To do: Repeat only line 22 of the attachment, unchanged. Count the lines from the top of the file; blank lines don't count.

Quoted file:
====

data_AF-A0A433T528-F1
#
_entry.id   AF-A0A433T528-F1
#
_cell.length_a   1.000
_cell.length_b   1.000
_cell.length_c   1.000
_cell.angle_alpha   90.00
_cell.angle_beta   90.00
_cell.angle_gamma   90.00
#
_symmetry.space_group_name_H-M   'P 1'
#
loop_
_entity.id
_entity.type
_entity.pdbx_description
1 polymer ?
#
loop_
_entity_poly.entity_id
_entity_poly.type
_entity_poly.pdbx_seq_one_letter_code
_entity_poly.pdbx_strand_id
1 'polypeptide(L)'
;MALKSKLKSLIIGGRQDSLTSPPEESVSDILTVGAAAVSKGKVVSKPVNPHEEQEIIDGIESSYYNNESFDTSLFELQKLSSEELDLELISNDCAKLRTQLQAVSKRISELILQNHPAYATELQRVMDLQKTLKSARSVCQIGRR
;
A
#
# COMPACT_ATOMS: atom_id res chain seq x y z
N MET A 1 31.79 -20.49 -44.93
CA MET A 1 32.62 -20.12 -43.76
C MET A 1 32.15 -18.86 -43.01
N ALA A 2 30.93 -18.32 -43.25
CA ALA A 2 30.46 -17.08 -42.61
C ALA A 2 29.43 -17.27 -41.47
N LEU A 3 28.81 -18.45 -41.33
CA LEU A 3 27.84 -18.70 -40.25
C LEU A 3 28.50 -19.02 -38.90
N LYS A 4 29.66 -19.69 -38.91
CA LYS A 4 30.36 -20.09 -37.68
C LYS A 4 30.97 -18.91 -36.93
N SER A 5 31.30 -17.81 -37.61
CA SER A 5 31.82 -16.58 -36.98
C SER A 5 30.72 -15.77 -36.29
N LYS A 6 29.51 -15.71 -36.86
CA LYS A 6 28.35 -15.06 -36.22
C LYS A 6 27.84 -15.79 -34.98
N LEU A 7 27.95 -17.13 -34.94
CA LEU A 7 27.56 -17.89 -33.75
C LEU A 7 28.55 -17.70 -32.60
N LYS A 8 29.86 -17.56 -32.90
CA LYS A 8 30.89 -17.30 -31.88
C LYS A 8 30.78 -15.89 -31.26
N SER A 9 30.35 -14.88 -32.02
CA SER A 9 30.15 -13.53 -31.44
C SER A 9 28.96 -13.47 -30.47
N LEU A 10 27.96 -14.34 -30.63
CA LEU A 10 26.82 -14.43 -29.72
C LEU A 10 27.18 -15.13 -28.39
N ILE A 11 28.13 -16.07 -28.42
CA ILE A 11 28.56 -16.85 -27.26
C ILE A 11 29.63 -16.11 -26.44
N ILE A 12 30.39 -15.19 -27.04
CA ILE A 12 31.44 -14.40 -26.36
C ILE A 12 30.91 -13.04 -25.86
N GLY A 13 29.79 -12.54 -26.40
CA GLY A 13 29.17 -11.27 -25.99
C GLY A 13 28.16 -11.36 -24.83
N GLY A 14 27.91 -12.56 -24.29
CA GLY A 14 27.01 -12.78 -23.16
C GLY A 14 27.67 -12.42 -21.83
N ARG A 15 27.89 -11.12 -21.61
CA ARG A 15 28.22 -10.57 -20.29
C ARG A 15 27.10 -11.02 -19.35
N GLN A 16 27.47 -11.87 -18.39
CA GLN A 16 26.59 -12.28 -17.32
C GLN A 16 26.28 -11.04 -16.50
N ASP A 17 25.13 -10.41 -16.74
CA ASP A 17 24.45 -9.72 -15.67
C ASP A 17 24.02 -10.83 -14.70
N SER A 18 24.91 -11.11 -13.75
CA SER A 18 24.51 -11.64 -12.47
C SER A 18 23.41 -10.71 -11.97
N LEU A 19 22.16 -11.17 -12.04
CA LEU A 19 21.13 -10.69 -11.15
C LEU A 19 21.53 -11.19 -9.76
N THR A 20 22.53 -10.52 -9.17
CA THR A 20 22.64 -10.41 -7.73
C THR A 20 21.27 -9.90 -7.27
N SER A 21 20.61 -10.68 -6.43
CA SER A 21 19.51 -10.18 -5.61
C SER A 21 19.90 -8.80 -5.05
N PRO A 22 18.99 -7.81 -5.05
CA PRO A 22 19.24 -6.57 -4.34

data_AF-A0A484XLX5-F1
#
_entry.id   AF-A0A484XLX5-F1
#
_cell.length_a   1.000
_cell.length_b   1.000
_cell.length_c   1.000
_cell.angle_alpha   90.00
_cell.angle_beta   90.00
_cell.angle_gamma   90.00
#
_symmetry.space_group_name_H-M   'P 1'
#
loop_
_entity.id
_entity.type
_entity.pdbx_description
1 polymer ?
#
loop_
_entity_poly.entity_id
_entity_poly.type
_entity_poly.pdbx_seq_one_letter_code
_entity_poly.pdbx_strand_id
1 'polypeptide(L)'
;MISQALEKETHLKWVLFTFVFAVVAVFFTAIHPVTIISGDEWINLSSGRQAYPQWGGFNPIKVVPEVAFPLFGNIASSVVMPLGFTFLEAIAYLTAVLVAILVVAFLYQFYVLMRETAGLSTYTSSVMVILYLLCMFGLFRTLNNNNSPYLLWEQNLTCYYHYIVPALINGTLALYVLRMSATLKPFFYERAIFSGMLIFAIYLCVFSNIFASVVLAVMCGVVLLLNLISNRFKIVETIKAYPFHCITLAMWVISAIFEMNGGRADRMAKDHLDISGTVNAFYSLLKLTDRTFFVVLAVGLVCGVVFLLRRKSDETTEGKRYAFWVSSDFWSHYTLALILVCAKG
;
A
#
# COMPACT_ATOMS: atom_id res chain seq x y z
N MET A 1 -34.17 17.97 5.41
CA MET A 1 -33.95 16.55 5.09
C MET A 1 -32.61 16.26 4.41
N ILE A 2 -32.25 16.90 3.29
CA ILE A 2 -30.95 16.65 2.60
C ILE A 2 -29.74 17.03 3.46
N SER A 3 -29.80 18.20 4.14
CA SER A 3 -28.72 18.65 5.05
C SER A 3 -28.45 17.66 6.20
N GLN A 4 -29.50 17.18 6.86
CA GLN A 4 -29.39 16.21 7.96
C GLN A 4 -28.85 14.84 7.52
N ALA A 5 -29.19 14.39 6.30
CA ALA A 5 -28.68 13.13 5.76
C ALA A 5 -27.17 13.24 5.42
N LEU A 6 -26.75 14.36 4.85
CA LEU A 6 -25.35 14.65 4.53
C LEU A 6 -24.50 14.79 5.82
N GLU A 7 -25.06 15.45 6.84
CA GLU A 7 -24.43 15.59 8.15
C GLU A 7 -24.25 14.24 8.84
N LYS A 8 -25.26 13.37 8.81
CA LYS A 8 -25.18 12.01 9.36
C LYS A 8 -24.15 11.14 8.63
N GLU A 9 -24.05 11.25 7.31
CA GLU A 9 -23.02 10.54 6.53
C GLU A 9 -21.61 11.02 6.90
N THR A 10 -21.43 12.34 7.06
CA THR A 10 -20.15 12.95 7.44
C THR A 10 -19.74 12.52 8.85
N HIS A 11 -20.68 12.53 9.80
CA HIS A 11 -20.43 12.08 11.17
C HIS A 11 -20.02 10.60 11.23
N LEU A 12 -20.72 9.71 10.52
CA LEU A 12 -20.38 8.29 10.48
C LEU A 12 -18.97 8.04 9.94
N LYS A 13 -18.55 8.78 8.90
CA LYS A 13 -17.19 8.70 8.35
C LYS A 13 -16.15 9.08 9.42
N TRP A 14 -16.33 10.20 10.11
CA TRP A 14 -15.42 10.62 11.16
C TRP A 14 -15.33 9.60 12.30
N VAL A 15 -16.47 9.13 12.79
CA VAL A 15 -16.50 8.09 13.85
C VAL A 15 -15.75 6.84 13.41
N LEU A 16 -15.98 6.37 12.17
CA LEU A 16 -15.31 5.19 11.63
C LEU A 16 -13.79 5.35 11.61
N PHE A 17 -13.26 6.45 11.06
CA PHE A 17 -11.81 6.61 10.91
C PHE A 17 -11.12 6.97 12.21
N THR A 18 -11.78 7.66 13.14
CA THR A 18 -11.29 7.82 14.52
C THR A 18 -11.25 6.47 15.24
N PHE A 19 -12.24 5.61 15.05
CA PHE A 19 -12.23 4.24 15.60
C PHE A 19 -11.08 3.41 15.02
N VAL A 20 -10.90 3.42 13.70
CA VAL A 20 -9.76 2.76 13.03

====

_entity_poly.type